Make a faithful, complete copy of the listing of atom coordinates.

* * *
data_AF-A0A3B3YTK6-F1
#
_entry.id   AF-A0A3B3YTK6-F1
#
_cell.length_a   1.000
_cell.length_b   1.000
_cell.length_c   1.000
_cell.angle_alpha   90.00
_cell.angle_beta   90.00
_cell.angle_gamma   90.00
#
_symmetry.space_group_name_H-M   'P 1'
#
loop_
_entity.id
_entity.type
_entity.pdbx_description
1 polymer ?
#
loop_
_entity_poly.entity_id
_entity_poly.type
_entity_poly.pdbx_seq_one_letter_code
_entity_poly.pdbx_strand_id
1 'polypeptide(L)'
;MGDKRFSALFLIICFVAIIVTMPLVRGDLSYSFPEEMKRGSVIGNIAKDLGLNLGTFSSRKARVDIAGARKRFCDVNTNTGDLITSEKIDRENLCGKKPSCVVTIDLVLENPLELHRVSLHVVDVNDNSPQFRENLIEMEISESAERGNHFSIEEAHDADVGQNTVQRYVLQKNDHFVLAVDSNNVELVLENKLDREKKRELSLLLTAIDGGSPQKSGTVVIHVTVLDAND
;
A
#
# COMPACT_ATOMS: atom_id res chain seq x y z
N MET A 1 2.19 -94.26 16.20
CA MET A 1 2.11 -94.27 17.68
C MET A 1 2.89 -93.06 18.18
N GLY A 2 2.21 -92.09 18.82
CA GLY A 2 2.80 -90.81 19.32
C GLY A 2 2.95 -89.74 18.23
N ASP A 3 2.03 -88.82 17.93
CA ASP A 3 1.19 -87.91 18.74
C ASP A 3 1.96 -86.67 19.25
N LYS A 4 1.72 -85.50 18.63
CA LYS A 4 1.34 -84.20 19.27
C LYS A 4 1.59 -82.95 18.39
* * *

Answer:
data_AF-A0A3B3YTK6-F1
#
_entry.id   AF-A0A3B3YTK6-F1
#
_cell.length_a   1.000
_cell.length_b   1.000
_cell.length_c   1.000
_cell.angle_alpha   90.00
_cell.angle_beta   90.00
_cell.angle_gamma   90.00
#
_symmetry.space_group_name_H-M   'P 1'
#
loop_
_entity.id
_entity.type
_entity.pdbx_description
1 polymer ?
#
loop_
_entity_poly.entity_id
_entity_poly.type
_entity_poly.pdbx_seq_one_letter_code
_entity_poly.pdbx_strand_id
1 'polypeptide(L)'
;MGDKRFSALFLIICFVAIIVTMPLVRGDLSYSFPEEMKRGSVIGNIAKDLGLNLGTFSSRKARVDIAGARKRFCDVNTNTGDLITSEKIDRENLCGKKPSCVVTIDLVLENPLELHRVSLHVVDVNDNSPQFRENLIEMEISESAERGNHFSIEEAHDADVGQNTVQRYVLQKNDHFVLAVDSNNVELVLENKLDREKKRELSLLLTAIDGGSPQKSGTVVIHVTVLDAND
;
A
#
# COMPACT_ATOMS: atom_id res chain seq x y z
N MET A 1 2.19 -94.26 16.20
CA MET A 1 2.11 -94.27 17.68
C MET A 1 2.89 -93.06 18.18
N GLY A 2 2.21 -92.09 18.82
CA GLY A 2 2.80 -90.81 19.32
C GLY A 2 2.95 -89.74 18.23
N ASP A 3 2.03 -88.82 17.93
CA ASP A 3 1.19 -87.91 18.74
C ASP A 3 1.96 -86.67 19.25
N LYS A 4 1.72 -85.50 18.63
CA LYS A 4 1.34 -84.20 19.27
C LYS A 4 1.59 -82.95 18.39